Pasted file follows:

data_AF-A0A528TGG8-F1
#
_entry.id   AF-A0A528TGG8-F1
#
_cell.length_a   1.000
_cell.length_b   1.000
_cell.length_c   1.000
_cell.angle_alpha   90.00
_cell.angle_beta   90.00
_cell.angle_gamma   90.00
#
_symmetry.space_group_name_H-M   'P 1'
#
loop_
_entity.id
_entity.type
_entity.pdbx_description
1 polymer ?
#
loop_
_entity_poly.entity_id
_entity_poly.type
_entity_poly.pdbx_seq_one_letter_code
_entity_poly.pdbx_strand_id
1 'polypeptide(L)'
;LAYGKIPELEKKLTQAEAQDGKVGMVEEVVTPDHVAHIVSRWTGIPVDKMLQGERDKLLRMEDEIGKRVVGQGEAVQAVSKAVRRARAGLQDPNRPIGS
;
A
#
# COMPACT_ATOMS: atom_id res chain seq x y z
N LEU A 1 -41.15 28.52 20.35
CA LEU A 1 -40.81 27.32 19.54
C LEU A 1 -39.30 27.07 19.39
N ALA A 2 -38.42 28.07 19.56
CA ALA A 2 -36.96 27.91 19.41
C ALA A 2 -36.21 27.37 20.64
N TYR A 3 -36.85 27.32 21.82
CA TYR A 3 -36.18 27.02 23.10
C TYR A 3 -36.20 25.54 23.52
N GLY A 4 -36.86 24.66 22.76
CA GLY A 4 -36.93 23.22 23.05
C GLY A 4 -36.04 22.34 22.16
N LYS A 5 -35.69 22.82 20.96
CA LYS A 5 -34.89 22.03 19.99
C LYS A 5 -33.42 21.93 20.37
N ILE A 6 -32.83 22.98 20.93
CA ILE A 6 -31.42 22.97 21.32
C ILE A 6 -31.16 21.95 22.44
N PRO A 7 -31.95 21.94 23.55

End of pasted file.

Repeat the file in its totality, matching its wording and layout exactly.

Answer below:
data_AF-A0A528TGG8-F1
#
_entry.id   AF-A0A528TGG8-F1
#
_cell.length_a   1.000
_cell.length_b   1.000
_cell.length_c   1.000
_cell.angle_alpha   90.00
_cell.angle_beta   90.00
_cell.angle_gamma   90.00
#
_symmetry.space_group_name_H-M   'P 1'
#
loop_
_entity.id
_entity.type
_entity.pdbx_description
1 polymer ?
#
loop_
_entity_poly.entity_id
_entity_poly.type
_entity_poly.pdbx_seq_one_letter_code
_entity_poly.pdbx_strand_id
1 'polypeptide(L)'
;LAYGKIPELEKKLTQAEAQDGKVGMVEEVVTPDHVAHIVSRWTGIPVDKMLQGERDKLLRMEDEIGKRVVGQGEAVQAVSKAVRRARAGLQDPNRPIGS
;
A
#
# COMPACT_ATOMS: atom_id res chain seq x y z
N LEU A 1 -41.15 28.52 20.35
CA LEU A 1 -40.81 27.32 19.54
C LEU A 1 -39.30 27.07 19.39
N ALA A 2 -38.42 28.07 19.56
CA ALA A 2 -36.96 27.91 19.41
C ALA A 2 -36.21 27.37 20.64
N TYR A 3 -36.85 27.32 21.82
CA TYR A 3 -36.18 27.02 23.10
C TYR A 3 -36.20 25.54 23.52
N GLY A 4 -36.86 24.66 22.76
CA GLY A 4 -36.93 23.22 23.05
C GLY A 4 -36.04 22.34 22.16
N LYS A 5 -35.69 22.82 20.96
CA LYS A 5 -34.89 22.03 19.99
C LYS A 5 -33.42 21.93 20.37
N ILE A 6 -32.83 22.98 20.93
CA ILE A 6 -31.42 22.97 21.32
C ILE A 6 -31.16 21.95 22.44
N PRO A 7 -31.95 21.94 23.55